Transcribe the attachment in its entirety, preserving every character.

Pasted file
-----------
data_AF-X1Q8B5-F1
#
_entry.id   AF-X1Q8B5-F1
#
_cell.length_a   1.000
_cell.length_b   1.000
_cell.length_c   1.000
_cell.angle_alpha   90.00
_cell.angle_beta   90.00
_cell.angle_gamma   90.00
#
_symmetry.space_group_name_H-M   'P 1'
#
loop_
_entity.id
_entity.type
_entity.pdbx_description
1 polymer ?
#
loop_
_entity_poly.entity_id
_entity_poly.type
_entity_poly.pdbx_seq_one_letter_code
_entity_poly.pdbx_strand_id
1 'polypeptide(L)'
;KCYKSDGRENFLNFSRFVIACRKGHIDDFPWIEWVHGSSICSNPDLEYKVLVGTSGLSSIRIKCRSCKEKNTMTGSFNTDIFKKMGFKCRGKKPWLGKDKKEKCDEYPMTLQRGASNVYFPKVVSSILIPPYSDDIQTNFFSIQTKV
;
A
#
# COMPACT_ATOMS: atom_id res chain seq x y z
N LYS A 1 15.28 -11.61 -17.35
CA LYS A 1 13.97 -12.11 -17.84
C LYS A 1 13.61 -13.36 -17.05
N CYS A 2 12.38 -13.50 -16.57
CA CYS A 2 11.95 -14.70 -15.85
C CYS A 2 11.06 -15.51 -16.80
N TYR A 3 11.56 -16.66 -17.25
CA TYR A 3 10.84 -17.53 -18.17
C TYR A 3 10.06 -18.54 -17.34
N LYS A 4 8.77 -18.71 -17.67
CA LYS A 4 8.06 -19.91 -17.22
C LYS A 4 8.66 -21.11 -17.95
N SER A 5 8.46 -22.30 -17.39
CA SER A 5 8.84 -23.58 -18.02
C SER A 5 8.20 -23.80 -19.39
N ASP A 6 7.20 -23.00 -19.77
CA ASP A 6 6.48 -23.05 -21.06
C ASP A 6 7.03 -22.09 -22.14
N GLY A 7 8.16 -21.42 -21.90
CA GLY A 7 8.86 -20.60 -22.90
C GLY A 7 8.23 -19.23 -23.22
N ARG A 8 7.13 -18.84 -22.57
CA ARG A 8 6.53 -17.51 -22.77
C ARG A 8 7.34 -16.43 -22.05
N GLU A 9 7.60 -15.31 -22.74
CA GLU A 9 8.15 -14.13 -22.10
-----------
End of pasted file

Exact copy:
data_AF-X1Q8B5-F1
#
_entry.id   AF-X1Q8B5-F1
#
_cell.length_a   1.000
_cell.length_b   1.000
_cell.length_c   1.000
_cell.angle_alpha   90.00
_cell.angle_beta   90.00
_cell.angle_gamma   90.00
#
_symmetry.space_group_name_H-M   'P 1'
#
loop_
_entity.id
_entity.type
_entity.pdbx_description
1 polymer ?
#
loop_
_entity_poly.entity_id
_entity_poly.type
_entity_poly.pdbx_seq_one_letter_code
_entity_poly.pdbx_strand_id
1 'polypeptide(L)'
;KCYKSDGRENFLNFSRFVIACRKGHIDDFPWIEWVHGSSICSNPDLEYKVLVGTSGLSSIRIKCRSCKEKNTMTGSFNTDIFKKMGFKCRGKKPWLGKDKKEKCDEYPMTLQRGASNVYFPKVVSSILIPPYSDDIQTNFFSIQTKV
;
A
#
# COMPACT_ATOMS: atom_id res chain seq x y z
N LYS A 1 15.28 -11.61 -17.35
CA LYS A 1 13.97 -12.11 -17.84
C LYS A 1 13.61 -13.36 -17.05
N CYS A 2 12.38 -13.50 -16.57
CA CYS A 2 11.95 -14.70 -15.85
C CYS A 2 11.06 -15.51 -16.80
N TYR A 3 11.56 -16.66 -17.25
CA TYR A 3 10.84 -17.53 -18.17
C TYR A 3 10.06 -18.54 -17.34
N LYS A 4 8.77 -18.71 -17.67
CA LYS A 4 8.06 -19.91 -17.22
C LYS A 4 8.66 -21.11 -17.95
N SER A 5 8.46 -22.30 -17.39
CA SER A 5 8.84 -23.58 -18.02
C SER A 5 8.20 -23.80 -19.39
N ASP A 6 7.20 -23.00 -19.77
CA ASP A 6 6.48 -23.05 -21.06
C ASP A 6 7.03 -22.09 -22.14
N GLY A 7 8.16 -21.42 -21.90
CA GLY A 7 8.86 -20.60 -22.90
C GLY A 7 8.23 -19.23 -23.22
N ARG A 8 7.13 -18.84 -22.57
CA ARG A 8 6.53 -17.51 -22.77
C ARG A 8 7.34 -16.43 -22.05
N GLU A 9 7.60 -15.31 -22.74
CA GLU A 9 8.15 -14.13 -22.10